Paul Verhoeven’s American phase was too nasty to last, really, with movies like RoboCop and Starship Troopers giving the audience what they initially thought they wanted, and then cranking up the vulgarity to hysterically uncomfortable levels. (Even Hollow Man, the Dutch director’s weakest project, had a main character who pervs out immediately upon receiving superpowers.) Verhoeven’s films outside of the states, however, tend to swap the 2×4 for a stiletto. Elle, his first feature since 2006’s Black Book, is a breathtakingly twisted piece of work, utilizing a tremendous central performance by Isabelle Huppert that bridges some markedly taboo fault lines concerning power and sexuality. And somehow the damned thing is also funny, usually at the least opportune moments.
Watching people simply go about their business can somehow be one of the most fascinating things in the movies. The Berlin Award–winning Ixcanul (Volcano), Guatemala’s entry for last year’s Oscars, is an absorbing, unpretentious look at a culture not often shown, whether capturing how the characters can carry a forest’s worth of firewood on their heads without missing a step, or witnessing them getting their pigs drunk on rum in hopes of speeding up the mating season. By the time someone nonchalantly remarks on the unpleasant smell of their snake repellant, the sense of transportation is complete.
Watching another culture’s horror movies can provide a fascinating glimpse into what makes them collectively tick. The Polish Demon offers an intriguing, deceptively comedic spin on the dybbuk legend, while also exploring an unthinkable whopper of a party foul. While the second half’s tendency towards small-scale conversations may occasionally betray the script’s origin on the stage, late director/co-writer Marcin Wrona’s talent for whipping up barely contained group hysteria is really something special.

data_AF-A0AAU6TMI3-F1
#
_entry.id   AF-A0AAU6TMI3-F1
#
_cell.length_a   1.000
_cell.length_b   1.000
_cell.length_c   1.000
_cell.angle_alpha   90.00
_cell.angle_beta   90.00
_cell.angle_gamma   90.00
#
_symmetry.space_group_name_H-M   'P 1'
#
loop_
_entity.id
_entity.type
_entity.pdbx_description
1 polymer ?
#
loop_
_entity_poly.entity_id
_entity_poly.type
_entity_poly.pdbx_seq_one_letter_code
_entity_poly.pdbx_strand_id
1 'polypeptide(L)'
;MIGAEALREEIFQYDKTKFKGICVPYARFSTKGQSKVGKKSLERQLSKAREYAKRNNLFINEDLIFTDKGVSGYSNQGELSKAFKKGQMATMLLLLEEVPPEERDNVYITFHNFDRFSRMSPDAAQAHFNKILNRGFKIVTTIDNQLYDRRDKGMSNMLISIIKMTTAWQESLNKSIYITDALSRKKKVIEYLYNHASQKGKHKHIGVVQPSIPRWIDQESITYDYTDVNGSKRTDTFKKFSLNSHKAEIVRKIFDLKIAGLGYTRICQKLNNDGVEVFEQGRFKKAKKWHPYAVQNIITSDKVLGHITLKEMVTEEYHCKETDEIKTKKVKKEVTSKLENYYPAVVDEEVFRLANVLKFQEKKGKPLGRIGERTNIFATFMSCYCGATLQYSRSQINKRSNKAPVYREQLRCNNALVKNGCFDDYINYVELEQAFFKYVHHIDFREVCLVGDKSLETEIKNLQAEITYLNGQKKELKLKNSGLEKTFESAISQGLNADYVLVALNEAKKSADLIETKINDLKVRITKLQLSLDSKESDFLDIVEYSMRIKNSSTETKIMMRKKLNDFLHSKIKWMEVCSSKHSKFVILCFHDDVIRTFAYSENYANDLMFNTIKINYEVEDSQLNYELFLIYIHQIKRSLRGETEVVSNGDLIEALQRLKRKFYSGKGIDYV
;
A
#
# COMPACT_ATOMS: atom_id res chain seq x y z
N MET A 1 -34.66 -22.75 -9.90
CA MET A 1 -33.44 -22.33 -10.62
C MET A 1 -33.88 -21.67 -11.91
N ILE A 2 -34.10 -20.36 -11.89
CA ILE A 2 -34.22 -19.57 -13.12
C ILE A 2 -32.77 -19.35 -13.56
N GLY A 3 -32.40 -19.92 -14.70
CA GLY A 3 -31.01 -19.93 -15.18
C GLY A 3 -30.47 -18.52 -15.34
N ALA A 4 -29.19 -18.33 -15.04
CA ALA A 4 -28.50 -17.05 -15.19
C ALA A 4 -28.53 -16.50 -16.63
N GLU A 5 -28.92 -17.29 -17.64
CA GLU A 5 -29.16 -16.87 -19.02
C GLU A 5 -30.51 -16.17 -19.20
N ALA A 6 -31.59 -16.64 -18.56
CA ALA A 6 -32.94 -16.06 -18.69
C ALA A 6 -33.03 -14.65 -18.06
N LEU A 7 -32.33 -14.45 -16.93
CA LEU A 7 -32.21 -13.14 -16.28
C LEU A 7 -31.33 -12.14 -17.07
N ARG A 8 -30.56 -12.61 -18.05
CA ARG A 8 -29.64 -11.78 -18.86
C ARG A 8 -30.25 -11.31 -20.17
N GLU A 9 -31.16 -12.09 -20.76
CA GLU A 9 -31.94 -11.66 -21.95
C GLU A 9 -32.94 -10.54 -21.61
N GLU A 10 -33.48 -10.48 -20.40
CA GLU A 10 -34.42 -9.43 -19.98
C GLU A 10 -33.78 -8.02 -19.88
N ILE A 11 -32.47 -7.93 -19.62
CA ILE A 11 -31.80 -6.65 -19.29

American Honey, the first movie set in the States by British filmmaker Andrea Arnold (Red Road, Fish Tank), finds the director working with some fairly ludicrous self-imposed hindrances: a largely untrained cast, Shia LaBeouf at his most methody-bedraggled, and a nearly three-hour running time. That she makes these all meld together beautifully feels like some kind of weird alchemy, really.
As we slide into the late-summer multiplex doldrums, movies with neurons to spare are especially welcome. The clinical cautionary tale Morgan happily fits into the latter category, moving past some early familiarity to become a smart, sneakily ambitious thriller.
Set in the not too distant future, the story follows a no-nonsense corporate troubleshooter (Kate Mara) sent to a secluded forest compound to assess the status of a rapidly developing artificial humanoid (The Witch’s terrifically spooky Anya Taylor-Joy). As she and the swiftly dwindling team of scientists—including Toby Jones, Jennifer Jason Leigh, and a perfectly assholish Paul Giamatti—soon discover, the experiment has some significant gray areas.
The trend towards perpetual remakes and reboots is a growing pox upon Hollywood. Okay, now that that’s out of the way, someone taking another crack at Ben-Hur isn’t the worst idea in the world. Although William Wyler’s 1959 Oscar magnet (itself a remake) certainly has its gargantuan virtues, it also features more padding than any unimpeachable classic can be expected to bear.
While this new version tightens things up, it unfortunately suffers from both a curiously passive central character and the faith-based dramatic flattening that seems to be a hallmark of producers Mark Burnett and Roma Downey. (Jesus, a compellingly enigmatic, barely glimpsed agent of change in other versions of the story, is a bit of a screen hog here.) The plot still has enough juice to work, but only just.
Spy movies come preloaded with expectations, promising many scenes of shadowy people doing shadowy things. The historical thriller Anthropoid thankfully knows the trappings of its genre well, telling a compelling, unexpectedly moving story that’s rife with secret knocks, signal mirrors, and hastily decoded messages.
Based on true events (the ungainly mouthful of a title is explained early), the plot follows two soldiers (Cillian Murphy and Jamie Dornan) who air-drop into Czechoslovakia in 1941 with orders to kill Reinhard Heydrich, the aptly nicknamed Butcher of Prague. As they make contact with the local resistance and attempt to shadow their target’s movements, they must also come to grips with the fact that their various plans are distinctly lacking in exit strategies.